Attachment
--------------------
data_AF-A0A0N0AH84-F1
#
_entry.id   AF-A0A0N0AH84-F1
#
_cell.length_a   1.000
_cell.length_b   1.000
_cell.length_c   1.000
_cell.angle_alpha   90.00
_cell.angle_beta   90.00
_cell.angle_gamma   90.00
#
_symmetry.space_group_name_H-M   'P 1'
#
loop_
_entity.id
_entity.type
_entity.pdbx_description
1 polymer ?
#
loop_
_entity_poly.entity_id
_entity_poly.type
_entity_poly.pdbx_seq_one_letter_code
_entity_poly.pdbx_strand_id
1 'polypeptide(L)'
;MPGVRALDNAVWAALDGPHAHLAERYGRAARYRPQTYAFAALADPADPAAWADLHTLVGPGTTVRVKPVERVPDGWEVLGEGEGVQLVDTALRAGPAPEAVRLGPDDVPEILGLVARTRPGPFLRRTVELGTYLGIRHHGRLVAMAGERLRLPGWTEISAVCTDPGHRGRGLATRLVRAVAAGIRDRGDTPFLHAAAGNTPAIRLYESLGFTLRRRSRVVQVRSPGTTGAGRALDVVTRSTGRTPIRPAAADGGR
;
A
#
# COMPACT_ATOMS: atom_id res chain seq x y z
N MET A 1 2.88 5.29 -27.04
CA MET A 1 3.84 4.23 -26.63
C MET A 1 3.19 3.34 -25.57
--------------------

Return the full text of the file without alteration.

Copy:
data_AF-A0A0N0AH84-F1
#
_entry.id   AF-A0A0N0AH84-F1
#
_cell.length_a   1.000
_cell.length_b   1.000
_cell.length_c   1.000
_cell.angle_alpha   90.00
_cell.angle_beta   90.00
_cell.angle_gamma   90.00
#
_symmetry.space_group_name_H-M   'P 1'
#
loop_
_entity.id
_entity.type
_entity.pdbx_description
1 polymer ?
#
loop_
_entity_poly.entity_id
_entity_poly.type
_entity_poly.pdbx_seq_one_letter_code
_entity_poly.pdbx_strand_id
1 'polypeptide(L)'
;MPGVRALDNAVWAALDGPHAHLAERYGRAARYRPQTYAFAALADPADPAAWADLHTLVGPGTTVRVKPVERVPDGWEVLGEGEGVQLVDTALRAGPAPEAVRLGPDDVPEILGLVARTRPGPFLRRTVELGTYLGIRHHGRLVAMAGERLRLPGWTEISAVCTDPGHRGRGLATRLVRAVAAGIRDRGDTPFLHAAAGNTPAIRLYESLGFTLRRRSRVVQVRSPGTTGAGRALDVVTRSTGRTPIRPAAADGGR
;
A
#
# COMPACT_ATOMS: atom_id res chain seq x y z
N MET A 1 2.88 5.29 -27.04
CA MET A 1 3.84 4.23 -26.63
C MET A 1 3.19 3.34 -25.57